This was the menu:
Appetizer: Refreshing spaghetti squash salad/insalata rinfrescante di zucca-spaghetti
Entree: Combination of whole-weat spaghetti with gorgonzola cheese and pecans, egg noodles with vegetarian ragu and rice noodles with kale, white radish, anchovies and yogurt / tris di spaghetti integrali con gorgo e noci pecans, tagliatelle con ragu vegetariano e spaghettini di riso con cavolo cappuccio, rafano, acciughe e yogurt.
Dessert: Soy noodles with ice-cream/spaghetti di soia con gelato
And here are some more pictures, the recipes and some comments.
Insalata rinfrescante di zucca-spaghetti
Bake the spaghetti squash in the oven at 400F for about 40 minutes. Cut them in half and scoop out the pulp with a fork:
Isn't this squash amazing? The pulp really comes out in little strings, and in the end, you get a bowl full of something that really looks like spaghetti:
(This is what I obtained with three spaghetti squash of the size that you can see in the picture).
Let the pulp cool down and begin to add the rest of the ingredients that your fantasy suggests. In this case, I decided I would add some grated carrots, sliced white mushrooms, green olives cut in a half, finely cut cilantro, olive oil, salt, pepper, and.. the final secret touch: orange juice, freshly squeezed. In the end, I also added small pieces of another orange.
Mix everything together, and spoon back inside the squash halves. Garnish with olives and cilantro.
Believe me, it was delicious. I was very happy. In fact, the squash by itself has a very delicate, slightly bitter taste, and in this combination it was wonderful.
Spaghetti integrali con gorgo e noci pecans
This is the recipe that most resembles some sort of Italian-style dish. In Italy, the combination of nuts with gorgonzola cheese is very common. We don't use pecans, though, since we don't have them. Walnuts are used instead.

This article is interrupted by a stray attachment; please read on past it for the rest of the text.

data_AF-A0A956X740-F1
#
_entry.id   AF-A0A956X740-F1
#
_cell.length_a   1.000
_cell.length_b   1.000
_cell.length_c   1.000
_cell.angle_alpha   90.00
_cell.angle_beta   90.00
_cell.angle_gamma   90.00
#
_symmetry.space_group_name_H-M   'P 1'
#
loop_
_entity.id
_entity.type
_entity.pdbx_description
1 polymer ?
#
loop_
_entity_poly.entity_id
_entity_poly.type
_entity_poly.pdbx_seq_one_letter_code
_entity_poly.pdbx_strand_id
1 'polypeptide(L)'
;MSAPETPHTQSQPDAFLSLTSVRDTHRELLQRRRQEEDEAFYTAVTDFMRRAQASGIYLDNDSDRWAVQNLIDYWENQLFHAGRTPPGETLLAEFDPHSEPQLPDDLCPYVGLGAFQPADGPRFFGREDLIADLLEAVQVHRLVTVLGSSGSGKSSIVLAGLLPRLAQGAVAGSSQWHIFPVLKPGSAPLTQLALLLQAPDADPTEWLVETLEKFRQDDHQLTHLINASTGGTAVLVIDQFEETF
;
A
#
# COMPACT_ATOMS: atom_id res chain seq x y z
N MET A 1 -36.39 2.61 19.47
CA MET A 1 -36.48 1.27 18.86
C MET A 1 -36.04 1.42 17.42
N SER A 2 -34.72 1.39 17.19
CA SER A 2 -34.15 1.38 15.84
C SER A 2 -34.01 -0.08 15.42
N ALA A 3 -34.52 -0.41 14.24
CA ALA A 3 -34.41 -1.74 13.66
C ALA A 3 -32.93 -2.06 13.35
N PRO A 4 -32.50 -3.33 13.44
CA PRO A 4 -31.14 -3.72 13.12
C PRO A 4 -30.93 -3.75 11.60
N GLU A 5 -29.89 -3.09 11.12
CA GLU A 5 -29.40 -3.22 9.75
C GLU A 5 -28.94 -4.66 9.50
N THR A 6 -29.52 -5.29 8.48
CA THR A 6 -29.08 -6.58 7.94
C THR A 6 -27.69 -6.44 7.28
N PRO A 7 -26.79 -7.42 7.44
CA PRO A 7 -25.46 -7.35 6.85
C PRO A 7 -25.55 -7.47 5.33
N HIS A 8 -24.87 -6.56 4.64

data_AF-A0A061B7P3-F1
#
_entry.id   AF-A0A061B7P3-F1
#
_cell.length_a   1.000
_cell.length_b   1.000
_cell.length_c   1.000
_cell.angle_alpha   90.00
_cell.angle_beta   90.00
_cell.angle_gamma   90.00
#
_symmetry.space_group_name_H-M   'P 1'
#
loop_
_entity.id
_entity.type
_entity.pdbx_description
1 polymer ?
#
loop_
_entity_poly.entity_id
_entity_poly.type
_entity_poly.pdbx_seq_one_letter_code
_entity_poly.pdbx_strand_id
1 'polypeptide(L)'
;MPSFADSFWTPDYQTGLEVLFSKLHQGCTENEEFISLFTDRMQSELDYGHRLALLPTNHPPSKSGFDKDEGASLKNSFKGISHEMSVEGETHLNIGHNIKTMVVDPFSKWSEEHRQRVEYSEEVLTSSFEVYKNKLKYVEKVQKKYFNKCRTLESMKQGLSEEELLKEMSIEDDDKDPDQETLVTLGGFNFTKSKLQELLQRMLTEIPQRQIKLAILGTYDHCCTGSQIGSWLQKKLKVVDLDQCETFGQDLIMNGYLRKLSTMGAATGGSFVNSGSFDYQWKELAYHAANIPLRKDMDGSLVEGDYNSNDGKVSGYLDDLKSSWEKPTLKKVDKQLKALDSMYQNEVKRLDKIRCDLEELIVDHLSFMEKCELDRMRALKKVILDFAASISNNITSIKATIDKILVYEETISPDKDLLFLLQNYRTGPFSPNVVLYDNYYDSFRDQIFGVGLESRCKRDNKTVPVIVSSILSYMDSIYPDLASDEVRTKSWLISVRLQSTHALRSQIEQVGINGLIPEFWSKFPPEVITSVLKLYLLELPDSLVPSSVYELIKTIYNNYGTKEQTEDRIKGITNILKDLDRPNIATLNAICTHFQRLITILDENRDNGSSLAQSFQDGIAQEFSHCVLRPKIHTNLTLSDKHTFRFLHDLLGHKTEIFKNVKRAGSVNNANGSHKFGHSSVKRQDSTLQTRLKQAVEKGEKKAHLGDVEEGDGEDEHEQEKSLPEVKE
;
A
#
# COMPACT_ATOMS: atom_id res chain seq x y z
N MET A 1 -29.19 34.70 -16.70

Per gli Italiani che non conoscono le pecans: sono delle noci un po' piu' piccole di quelle che noi chiamiamo 'noci', hanno un guscio striato, e sono molto saporite, con un gusto simile alle nostre noci, ma piu' deciso. Sono tipiche del sud degli States, e parte integrante della loro tradizione culinaria, soprattutto in dolci tipo il 'pecan pie' che si mangia a Natale e a Thanksgiving. Ho trovato un sito di fondamentalisti vegetariani :) che fa vedere una foto e da' tutto il contenuto nutrizionale delle pecans... impressionante. :)
To prepare the sauce, warm in a pan a packet of heavy cream (find a packet without sugar!!)- actually, the best would be what I used: 'panna da cucina', it's the Italian version of it, it's less fatty and has a more delicate taste. I found it in an Italian store here in Raleigh.
Then, add some gorgonzola cheese. I prefer the sweet type, but I guess you could use the stronger type that you find in crumbs here in some grocery stores. Let it melt, then add the walnuts that you will have crushed beforehand. Keep the sauce warm.
In the meanwhile, boil the spaghetti in some salted water (NB: Americans don't always know that you need to add salt in the water where you boil the pasta! The best is to use kasher salt, and you will need about one-two tablespoons for quart of water, more or less. Taste the spaghetti while they cook, they must be tasty, otherwise add more salt!)
Whole weat spaghetti take a bit longer than normal ones, but remove them when they're still al dente, and mix them up with the sauce. Decide how many spaghetti vs. sauce you want depending on how 'saucy' you want them :).
Tagliatelle con ragu vegetariano